There are different ways of creating an isolated power supply. Just a few examples using my limited understanding:

1. Literally the equivalent of having a bunch of wall warts in one box. Each power supply is completely independent. If they have a mains transformer in the design to drop the mains voltage down from 240v to say 12v, then each has it's own.
2. The same, but there is one mains transformer, but the transformer has multiple parallel windings on it's output side (Secondary) each supplying individual circuits that feed separate outputs.
3. Some clever stuff that I haven't had time to study yet, often involving Switch Mode Power Supplies (Not using mains transformers). Cheap, reliable and sometimes a good choice if nearby pedals are prone to electromagnetic interference.

Edited by dood, 15 June 2017 - 04:01 PM.

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#17 rmorris

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Posted 16 June 2017 - 08:29 AM

View Postcheddatom, on 15 June 2017 - 10:57 AM, said:


but in general, are there are plus-points to a daisy chain? Would it be possible to reduce noise in a particular chain by switching from isolated/separate supplies to one supply with a daisy chain? Obviously disregarding digital pedals there. Or is it best practise to always have isolated/separate supplies?

I suppose the question is: If money were no object, would you want an isolated supply for each pedal? Or would there be occasions where a daisy chain is preferable?

Technically Isolated supplies are always better. Basically you have a 'Ground' connection via the patch cable screen. Ideally you don't want another common connection path to 'ground'.
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#18 rmorris

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Posted 16 June 2017 - 08:34 AM

View Postdannybuoy, on 15 June 2017 - 10:59 AM, said:

I ran a daisy chain for years without an issue, apart from introducing chirping and whining noises into the signal with the odd (but not every) digital pedal.

I started practicing through a headphone amp where I noticed the noise in my chain a lot more (my cabs don't have tweeters). Since I'd recently added 12V and 18V pedals to the collection, I bought a Cioks DC5 to power and isolate them all. Yet the noise remained.

In the end after extensive testing, I found it was the recently added EBS flat patch cables that were adding a ton of noise if I had my dimmer switch on in the room. I now have silence after switching those out!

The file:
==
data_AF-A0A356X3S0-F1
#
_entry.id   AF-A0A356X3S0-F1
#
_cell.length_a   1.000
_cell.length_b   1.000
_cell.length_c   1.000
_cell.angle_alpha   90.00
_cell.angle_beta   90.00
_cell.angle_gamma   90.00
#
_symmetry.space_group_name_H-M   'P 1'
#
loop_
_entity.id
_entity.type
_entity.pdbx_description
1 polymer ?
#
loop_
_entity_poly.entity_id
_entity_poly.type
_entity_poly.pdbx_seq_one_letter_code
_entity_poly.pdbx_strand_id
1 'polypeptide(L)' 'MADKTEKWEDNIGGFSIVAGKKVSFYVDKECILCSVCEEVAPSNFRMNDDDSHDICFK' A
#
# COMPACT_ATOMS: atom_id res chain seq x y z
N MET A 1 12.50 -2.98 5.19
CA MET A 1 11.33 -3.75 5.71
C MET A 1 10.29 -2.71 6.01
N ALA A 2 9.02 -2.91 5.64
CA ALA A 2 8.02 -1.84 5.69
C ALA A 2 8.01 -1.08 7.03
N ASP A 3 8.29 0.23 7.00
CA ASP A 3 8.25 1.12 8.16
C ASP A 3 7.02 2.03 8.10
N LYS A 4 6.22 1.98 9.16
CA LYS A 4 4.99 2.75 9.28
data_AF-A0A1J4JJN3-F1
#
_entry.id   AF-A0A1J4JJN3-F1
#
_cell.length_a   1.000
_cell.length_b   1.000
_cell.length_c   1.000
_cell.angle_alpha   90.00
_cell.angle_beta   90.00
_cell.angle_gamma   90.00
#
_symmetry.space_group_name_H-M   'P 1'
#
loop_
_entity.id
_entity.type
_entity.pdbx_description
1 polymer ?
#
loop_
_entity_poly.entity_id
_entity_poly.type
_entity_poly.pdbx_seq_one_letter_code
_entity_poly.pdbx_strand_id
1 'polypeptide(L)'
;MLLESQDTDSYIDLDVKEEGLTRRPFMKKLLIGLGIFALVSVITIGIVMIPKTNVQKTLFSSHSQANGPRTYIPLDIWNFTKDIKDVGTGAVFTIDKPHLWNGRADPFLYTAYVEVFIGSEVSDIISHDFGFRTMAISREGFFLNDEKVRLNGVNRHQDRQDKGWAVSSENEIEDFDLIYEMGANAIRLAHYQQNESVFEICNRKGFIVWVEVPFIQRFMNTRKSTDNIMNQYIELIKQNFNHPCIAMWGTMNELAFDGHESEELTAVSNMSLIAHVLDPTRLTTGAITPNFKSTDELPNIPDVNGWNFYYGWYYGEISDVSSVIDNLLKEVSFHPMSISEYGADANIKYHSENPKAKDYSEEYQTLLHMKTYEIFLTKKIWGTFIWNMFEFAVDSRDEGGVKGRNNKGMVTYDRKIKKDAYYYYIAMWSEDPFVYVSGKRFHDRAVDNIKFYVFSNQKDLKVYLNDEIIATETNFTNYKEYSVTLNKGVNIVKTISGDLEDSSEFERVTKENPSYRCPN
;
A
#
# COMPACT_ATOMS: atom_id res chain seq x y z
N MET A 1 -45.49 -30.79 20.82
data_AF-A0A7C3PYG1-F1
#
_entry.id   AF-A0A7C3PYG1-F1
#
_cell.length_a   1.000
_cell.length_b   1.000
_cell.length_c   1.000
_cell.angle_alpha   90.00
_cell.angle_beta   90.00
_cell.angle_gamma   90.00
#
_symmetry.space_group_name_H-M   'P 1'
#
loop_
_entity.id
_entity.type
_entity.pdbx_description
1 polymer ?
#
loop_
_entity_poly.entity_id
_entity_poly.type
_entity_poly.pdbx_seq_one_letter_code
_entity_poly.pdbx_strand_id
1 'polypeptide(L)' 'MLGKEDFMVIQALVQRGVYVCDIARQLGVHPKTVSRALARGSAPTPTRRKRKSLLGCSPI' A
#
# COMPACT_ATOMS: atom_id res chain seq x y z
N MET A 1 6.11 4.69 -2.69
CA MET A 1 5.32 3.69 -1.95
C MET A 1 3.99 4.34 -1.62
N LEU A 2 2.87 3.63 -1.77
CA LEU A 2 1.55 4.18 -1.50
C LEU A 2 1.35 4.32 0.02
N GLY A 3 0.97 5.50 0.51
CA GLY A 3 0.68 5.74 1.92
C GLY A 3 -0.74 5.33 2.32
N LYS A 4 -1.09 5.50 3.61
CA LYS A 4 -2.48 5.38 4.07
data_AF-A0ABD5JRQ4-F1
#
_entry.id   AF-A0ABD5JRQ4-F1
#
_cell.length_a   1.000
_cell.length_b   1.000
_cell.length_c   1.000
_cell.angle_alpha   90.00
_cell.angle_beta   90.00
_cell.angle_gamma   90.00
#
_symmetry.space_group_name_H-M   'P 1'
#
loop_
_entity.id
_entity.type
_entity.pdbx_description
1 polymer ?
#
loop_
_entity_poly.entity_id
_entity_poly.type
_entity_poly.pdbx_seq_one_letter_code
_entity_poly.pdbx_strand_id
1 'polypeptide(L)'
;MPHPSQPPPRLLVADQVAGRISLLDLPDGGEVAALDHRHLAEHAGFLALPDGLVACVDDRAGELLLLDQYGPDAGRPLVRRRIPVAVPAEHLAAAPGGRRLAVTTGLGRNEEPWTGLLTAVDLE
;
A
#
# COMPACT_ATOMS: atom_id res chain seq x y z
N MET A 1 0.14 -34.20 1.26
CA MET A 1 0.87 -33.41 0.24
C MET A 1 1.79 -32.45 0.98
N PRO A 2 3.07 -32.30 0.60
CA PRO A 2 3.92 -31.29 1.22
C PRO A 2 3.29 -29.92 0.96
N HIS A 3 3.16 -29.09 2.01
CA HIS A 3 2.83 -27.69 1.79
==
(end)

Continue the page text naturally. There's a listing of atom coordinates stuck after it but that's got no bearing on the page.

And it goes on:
Yes - I've had a similar problem with those generic cheap moulded patch cables in the different colours. Noise picked up at the jack ends. Replacing with good metal jack patch cables cured it.
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#19 rmorris

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Posted 16 June 2017 - 08:38 AM

View Postdood, on 15 June 2017 - 03:47 PM, said:

The guy was 'partly right', but it's knowing where that common ground is. I can understand where he is coming from when looking at a basic schematic diagram. The ones in some of my old books always have a single line at the bottom for 0v and thus it's easy to assume that it is the only and common ground path. For DC, fine. However, it doesn't take in to account the path the AC (audio and noise) signal goes on when using patch cables and other leads. So, you have a 'ground' going down the cables and then, when you start using a daisy chain power supply, well, that's another ground path. Two paths, which is where the problems can appear. I'll quickly insert that some pedals really aren't bothered and you might not ever have any noticeable noise problems from them when daisy chained together, but certainly some, like a pair of mine that both use a fair amount of DSP do seem to dump (AC) noise on to the daisy chained power supply output. This is where isolated power supplies come in. A daisy chain power supply only has one '+' and one '-' for supplying all pedals. The isolated supply 'decouples' so each pedal sees a completely independent power source, breaking the 'common shared' '+' and '-' connections - which would be the equivalent of using multiple adaptors plugged in to a long trailing socket blah blah, nobody likes that. A singe box that can mimic separate power supplies is tidier and far less hassle.